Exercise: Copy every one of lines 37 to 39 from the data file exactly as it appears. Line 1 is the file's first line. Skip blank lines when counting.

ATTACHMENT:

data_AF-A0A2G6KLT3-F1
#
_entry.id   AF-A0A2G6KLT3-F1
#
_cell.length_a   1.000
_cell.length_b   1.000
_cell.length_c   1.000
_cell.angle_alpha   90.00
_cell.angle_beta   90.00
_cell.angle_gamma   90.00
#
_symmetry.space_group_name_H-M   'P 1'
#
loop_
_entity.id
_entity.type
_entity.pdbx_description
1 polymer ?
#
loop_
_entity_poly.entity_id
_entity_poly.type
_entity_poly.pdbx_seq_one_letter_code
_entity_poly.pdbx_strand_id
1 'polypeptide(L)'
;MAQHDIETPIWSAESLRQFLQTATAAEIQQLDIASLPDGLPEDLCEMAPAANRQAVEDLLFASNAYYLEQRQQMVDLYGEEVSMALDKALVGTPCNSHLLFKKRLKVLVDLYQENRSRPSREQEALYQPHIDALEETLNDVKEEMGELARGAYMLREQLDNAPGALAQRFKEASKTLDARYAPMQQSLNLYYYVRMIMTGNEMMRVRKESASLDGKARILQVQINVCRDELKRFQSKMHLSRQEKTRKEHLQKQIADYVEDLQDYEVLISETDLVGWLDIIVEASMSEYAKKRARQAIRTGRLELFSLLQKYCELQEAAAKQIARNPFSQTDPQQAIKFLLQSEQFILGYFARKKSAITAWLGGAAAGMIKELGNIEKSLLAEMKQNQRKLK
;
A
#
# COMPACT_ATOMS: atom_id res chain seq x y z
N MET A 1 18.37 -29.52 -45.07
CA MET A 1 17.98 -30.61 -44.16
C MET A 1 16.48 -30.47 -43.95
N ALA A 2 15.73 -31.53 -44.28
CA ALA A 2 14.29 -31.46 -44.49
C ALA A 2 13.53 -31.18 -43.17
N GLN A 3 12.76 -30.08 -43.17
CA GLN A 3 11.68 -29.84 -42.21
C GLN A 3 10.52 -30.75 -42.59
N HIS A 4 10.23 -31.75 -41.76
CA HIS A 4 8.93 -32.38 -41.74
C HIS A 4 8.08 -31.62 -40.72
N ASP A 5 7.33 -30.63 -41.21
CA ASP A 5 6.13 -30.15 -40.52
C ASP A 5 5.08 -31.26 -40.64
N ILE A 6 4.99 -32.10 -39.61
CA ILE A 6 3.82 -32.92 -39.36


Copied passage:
N GLN A 3 12.76 -30.08 -43.17
CA GLN A 3 11.68 -29.84 -42.21
C GLN A 3 10.52 -30.75 -42.59